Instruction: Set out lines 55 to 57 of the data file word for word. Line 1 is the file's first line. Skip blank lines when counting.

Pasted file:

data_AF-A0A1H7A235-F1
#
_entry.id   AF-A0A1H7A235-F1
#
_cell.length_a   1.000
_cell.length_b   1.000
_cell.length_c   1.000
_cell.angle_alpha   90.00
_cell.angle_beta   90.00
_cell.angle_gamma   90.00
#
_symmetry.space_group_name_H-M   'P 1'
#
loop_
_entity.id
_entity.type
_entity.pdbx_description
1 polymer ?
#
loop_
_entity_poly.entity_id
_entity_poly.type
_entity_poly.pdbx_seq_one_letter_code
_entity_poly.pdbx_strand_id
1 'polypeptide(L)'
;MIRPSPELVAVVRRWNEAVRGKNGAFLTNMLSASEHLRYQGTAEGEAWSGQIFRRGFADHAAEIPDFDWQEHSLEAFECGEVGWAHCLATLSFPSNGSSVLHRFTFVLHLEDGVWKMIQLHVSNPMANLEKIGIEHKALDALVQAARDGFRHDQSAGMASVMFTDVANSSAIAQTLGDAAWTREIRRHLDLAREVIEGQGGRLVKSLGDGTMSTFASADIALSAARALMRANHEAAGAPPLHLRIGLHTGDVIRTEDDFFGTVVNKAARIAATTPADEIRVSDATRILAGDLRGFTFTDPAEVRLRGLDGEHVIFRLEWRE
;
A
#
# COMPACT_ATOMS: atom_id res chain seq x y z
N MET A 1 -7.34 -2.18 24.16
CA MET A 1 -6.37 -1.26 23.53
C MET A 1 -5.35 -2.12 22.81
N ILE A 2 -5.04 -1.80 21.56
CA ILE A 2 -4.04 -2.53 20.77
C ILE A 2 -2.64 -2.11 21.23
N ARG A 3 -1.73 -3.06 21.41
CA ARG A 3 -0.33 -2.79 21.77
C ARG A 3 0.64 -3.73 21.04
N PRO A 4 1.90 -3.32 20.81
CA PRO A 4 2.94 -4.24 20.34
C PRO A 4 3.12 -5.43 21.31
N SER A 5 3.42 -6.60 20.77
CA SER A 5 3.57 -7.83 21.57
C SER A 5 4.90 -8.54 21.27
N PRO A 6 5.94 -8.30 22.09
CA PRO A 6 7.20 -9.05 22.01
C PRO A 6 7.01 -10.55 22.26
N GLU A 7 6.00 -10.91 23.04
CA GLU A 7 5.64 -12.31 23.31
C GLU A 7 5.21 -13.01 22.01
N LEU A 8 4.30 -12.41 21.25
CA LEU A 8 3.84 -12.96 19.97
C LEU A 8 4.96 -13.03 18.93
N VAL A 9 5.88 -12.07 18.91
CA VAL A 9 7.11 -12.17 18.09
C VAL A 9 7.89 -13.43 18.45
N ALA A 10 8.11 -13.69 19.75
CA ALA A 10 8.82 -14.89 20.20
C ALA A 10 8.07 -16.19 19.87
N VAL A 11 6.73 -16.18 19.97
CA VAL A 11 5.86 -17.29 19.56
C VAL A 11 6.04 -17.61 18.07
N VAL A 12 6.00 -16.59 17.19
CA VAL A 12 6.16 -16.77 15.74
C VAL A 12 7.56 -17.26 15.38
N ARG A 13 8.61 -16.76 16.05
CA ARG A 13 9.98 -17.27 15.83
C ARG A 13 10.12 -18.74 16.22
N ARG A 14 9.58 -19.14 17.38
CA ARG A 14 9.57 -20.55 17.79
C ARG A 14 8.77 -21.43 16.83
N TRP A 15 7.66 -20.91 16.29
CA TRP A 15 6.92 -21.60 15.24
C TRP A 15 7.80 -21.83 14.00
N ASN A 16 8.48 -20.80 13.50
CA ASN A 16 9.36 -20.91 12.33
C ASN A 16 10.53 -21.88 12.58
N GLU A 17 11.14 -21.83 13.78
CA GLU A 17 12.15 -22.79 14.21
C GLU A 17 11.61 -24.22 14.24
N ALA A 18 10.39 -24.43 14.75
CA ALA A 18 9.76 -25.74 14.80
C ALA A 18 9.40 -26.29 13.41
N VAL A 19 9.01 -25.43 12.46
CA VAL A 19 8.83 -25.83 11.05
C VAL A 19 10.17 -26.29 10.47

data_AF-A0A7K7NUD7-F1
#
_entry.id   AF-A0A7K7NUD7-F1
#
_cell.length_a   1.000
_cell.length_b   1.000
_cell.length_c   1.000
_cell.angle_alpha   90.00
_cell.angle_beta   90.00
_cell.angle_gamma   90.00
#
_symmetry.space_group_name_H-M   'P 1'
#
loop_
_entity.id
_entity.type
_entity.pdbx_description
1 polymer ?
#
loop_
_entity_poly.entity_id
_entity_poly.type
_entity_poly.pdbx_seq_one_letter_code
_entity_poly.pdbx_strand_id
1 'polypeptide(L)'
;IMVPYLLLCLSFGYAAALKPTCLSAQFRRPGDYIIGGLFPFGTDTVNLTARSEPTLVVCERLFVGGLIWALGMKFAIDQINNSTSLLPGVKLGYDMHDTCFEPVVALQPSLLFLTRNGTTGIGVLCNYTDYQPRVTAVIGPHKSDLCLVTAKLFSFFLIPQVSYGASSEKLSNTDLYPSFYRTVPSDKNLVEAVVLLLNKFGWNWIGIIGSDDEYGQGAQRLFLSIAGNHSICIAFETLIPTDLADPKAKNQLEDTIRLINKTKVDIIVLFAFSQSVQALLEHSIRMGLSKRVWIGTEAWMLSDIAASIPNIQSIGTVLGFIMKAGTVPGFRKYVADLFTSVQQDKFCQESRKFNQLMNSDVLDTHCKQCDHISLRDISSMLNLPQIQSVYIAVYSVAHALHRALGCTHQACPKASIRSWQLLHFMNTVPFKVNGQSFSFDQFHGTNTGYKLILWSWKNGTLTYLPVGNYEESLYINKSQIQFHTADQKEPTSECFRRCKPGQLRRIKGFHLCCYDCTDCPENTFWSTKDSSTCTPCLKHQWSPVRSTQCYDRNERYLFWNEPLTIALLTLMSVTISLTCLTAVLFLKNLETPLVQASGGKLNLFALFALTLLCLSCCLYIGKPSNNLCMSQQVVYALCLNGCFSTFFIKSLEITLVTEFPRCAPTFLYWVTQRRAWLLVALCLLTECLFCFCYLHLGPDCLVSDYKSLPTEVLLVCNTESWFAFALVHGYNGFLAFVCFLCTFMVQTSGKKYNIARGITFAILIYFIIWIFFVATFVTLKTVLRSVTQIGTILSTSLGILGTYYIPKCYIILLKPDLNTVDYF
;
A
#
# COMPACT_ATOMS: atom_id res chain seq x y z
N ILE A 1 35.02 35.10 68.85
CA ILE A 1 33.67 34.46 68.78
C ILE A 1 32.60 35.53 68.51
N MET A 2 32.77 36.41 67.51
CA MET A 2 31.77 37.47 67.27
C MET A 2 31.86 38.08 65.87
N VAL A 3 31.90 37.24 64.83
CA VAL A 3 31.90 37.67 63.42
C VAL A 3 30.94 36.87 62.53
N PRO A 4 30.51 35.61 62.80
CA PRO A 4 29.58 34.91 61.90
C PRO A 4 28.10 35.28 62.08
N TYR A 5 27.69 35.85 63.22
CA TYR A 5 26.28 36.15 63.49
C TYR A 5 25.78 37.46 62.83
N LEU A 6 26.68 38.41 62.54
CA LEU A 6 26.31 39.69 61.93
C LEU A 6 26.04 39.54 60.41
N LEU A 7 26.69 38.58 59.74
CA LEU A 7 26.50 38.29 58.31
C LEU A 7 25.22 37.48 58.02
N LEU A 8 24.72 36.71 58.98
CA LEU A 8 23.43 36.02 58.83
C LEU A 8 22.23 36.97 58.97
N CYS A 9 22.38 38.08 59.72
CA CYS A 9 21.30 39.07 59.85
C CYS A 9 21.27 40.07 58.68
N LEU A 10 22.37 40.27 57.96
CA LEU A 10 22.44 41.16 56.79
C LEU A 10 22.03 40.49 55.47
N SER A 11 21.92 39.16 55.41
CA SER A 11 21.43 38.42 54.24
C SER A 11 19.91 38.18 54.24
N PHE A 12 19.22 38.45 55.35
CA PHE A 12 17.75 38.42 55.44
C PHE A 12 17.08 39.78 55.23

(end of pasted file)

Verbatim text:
N VAL A 9 5.88 -12.07 18.91
CA VAL A 9 7.11 -12.17 18.09
C VAL A 9 7.89 -13.43 18.45